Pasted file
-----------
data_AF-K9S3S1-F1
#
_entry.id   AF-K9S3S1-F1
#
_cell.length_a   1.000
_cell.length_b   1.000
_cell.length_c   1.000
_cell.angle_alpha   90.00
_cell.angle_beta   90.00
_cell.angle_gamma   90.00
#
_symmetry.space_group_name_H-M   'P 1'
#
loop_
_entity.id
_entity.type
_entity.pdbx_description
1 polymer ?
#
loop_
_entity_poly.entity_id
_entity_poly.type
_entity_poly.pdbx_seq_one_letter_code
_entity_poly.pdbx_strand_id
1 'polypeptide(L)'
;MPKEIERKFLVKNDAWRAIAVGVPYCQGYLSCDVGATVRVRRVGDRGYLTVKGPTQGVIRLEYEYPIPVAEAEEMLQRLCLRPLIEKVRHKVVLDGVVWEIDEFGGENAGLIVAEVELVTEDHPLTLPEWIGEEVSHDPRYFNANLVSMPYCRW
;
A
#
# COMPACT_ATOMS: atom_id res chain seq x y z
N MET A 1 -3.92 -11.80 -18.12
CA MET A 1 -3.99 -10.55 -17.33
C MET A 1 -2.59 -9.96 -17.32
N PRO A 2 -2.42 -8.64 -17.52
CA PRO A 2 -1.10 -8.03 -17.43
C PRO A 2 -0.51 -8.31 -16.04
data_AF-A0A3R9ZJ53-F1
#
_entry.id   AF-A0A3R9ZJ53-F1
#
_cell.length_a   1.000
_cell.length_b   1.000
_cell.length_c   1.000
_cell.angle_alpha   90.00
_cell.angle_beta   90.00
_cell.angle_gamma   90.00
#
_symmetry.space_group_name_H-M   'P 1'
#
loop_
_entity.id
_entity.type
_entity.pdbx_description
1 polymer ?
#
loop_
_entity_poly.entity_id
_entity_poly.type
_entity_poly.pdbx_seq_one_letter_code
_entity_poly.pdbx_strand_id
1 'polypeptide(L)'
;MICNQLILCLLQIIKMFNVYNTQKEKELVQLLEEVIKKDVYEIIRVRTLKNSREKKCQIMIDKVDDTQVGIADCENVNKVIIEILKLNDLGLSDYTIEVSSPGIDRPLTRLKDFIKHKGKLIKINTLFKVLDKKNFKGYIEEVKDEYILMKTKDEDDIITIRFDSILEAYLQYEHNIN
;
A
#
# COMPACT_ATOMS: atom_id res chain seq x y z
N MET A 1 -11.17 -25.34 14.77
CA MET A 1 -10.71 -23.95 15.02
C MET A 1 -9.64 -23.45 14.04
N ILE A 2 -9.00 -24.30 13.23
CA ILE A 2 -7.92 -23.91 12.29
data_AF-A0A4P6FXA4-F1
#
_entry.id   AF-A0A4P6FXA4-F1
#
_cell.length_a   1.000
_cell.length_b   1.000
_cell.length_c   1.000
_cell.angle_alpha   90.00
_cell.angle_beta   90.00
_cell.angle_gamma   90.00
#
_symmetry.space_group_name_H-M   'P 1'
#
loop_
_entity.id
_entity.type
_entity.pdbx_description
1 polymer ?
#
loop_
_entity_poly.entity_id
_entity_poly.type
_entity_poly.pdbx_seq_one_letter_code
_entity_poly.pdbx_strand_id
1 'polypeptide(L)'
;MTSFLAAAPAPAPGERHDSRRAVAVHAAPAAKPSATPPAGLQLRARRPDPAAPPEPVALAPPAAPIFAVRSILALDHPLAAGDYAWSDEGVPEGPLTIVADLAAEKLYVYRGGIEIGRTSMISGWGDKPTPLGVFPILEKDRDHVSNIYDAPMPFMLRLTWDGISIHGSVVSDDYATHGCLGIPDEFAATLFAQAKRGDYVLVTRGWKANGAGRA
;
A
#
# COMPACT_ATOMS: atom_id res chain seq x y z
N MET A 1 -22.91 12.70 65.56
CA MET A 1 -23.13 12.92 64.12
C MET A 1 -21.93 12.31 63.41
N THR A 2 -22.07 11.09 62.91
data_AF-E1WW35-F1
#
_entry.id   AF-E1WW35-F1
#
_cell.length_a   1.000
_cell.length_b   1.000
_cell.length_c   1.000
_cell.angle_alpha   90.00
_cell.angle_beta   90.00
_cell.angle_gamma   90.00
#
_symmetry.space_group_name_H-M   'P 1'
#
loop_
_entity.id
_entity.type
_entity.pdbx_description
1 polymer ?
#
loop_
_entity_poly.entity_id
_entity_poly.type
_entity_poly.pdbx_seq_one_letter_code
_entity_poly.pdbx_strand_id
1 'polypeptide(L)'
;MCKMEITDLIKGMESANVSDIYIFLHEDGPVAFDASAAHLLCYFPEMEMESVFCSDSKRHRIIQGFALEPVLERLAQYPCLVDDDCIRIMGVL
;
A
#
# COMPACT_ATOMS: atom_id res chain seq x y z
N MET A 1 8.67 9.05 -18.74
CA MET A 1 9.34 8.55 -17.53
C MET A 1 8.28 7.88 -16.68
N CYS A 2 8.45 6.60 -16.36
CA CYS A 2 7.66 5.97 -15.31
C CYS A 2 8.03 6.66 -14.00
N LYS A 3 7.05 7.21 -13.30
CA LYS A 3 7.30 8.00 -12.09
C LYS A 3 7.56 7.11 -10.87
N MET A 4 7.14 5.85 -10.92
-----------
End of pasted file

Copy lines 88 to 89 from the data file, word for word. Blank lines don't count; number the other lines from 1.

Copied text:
_entity.pdbx_description
1 polymer ?